An older adult’s gait holds valuable clues about the likelihood that he or she will fall or develop a serious physical condition like Parkinson’s disease. But 3 new studies suggest that subtle changes in the way a person walks can also be an early sign of cognitive decline.
Researchers from Minnesota, Oregon, and Switzerland presented the 3 studies at this summer’s Alzheimer's Association International Conference in Vancouver, Canada. One study comes from CAST Member Oregon Health and Science University (OHSU) in Portland, OR.
Mayo Clinic: Gait as a Predictor of Impairment
A study conducted at the Mayo Clinic in Rochester, MN, used a computerized gait instrument to measure the stride length and walking speed of more than 1,341 older adults.
Researchers examined study participants at least twice, about 15 months apart.
Study participants who walked slower and took shorter strides experienced more serious declines in cognition and memory, according to a report on the research in USA Today.
“These changes support a possible role of gait changes as an early predictor of cognitive impairment,” said Rodolfo Savica, the study’s author.
Basel Mobility Center: Slower Gate as Dementia Progresses
A second study from the Basel Mobility Center in Basel, Switzerland found that gait becomes slower and more variable as cognition declines. Researchers observed that study participants with Alzheimer’s walked slower than those with mild cognitive impairment (MCI).
Older adults with MCI walked slower than those who were cognitively healthy.
The Swiss study involved 1,153 adults with a mean age of 78. Researchers divided study participants into groups based on whether they were cognitively healthy, had mild cognitive impairment or had already developed Alzheimer’s disease or another type of dementia.
They measured participants’ gait using a walkway with 30,000 integrated sensors.
Oregon Health and Science University: Need to Assess at Home
After studying 19 dementia-free volunteers, researchers at OHSU concluded that one annual test in a laboratory might not provide as much information as researchers need to predict early dementia.
Researchers reached this conclusion after discovering that older study participants actually walked faster in the lab than they did at home. This finding suggests that continuous monitoring at home could be a better predictor of early-onset dementia.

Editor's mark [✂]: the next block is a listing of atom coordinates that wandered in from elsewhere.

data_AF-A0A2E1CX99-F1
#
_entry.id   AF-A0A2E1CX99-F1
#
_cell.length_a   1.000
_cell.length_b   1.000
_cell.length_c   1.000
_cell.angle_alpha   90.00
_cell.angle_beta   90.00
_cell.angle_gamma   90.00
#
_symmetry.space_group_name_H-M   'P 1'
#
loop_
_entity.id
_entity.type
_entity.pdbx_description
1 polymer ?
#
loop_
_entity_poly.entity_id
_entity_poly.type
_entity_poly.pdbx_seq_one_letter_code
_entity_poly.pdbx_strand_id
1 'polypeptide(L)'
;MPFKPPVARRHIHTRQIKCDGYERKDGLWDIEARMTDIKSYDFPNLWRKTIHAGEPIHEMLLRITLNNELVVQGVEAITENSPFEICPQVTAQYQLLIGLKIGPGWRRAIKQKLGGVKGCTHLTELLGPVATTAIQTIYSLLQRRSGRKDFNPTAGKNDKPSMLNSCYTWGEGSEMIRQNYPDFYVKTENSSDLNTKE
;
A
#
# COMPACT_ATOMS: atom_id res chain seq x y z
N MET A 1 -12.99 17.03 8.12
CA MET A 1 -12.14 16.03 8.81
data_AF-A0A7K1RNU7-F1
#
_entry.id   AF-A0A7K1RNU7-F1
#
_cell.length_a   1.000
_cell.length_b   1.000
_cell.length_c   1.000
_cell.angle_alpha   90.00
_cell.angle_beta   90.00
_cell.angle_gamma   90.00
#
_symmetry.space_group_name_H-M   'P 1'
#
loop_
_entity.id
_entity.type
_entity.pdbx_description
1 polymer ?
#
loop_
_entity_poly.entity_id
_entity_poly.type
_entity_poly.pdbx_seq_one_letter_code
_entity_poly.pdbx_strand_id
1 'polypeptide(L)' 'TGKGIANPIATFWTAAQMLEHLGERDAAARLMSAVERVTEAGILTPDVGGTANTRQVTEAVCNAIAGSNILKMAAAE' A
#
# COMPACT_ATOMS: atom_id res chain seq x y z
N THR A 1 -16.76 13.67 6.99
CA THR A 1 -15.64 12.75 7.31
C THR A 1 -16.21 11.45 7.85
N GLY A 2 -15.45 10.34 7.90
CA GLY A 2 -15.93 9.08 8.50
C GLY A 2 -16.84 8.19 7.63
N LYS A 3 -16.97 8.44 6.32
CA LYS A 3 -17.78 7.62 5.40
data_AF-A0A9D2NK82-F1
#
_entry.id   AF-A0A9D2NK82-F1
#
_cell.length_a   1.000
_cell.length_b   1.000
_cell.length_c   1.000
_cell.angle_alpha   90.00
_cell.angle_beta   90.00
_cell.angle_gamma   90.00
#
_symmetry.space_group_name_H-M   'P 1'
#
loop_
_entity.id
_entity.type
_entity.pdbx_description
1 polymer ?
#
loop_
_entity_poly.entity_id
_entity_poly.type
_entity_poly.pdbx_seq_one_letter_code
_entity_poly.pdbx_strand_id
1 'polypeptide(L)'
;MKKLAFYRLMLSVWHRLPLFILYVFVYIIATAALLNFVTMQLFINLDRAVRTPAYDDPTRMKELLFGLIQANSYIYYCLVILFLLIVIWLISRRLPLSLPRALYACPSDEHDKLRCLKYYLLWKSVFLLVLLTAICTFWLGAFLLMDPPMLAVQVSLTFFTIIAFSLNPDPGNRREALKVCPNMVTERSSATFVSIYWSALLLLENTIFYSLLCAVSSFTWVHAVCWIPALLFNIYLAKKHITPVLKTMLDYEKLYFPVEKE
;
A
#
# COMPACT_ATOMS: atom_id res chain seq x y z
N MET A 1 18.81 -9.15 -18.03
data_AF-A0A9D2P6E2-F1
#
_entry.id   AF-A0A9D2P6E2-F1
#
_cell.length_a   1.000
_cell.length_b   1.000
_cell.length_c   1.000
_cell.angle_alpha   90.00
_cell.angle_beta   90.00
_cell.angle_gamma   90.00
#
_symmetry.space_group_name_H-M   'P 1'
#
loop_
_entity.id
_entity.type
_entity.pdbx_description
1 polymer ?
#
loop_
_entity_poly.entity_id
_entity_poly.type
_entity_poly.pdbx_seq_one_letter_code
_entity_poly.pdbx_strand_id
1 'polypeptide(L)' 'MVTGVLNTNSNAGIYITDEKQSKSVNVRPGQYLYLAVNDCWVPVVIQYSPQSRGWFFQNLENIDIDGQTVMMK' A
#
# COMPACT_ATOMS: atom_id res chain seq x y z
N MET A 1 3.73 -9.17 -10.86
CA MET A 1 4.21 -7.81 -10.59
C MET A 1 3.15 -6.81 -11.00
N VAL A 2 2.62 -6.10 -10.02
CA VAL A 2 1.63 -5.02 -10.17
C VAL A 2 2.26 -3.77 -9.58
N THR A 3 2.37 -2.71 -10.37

Lisa Silbert, a physician and assistant professor of neurology at OHSU, who led the study, found that slower in-home walking speed was associated with smaller total brain size, an indicator of dementia.
More Efficient Diagnosis
The Alzheimer’s Association expressed hope that gait measurements could become an efficient way to diagnose dementia early and introduce interventions that could delay the onset of dementia symptoms.
“Monitoring deterioration and other changes in a person’s gait is ideal because it doesn’t require any expensive technology or take a lot of time to assess,” says Bill Thies, chief medical and scientific officer for the Alzheimer's Association.
Gait Monitoring Options
CAST Executive Director Majd Alwan agrees that gait monitoring at home is extremely valuable and can be accomplished unobtrusively with a number of low-cost options including:
- A series of motion sensors in the ceilings.
- Vibration sensors on the floor.
- Pressure sensing floor mats.
- Force sensors and odometers embedded in walkers.
- Accelerometers embedded in ankle, arm, chest or waist bands.
- Pressure sensing in-sole inserts.
“Gait and sleep are important ‘vital signs’ that can convey important insights into health and wellness, especially for the elderly population,” says Alwan, who cited a recent study from Johns Hopkins University suggesting that older women with disturbed and fragmented sleep were 3 times more likely to be placed in a long-term care facility than elderly women with healthier sleep patterns. “We need clinicians to recognize the value of these signs and sensing modalities and to start using them to make diagnoses, detect change and prescribe timely interventions, including preventive ones.”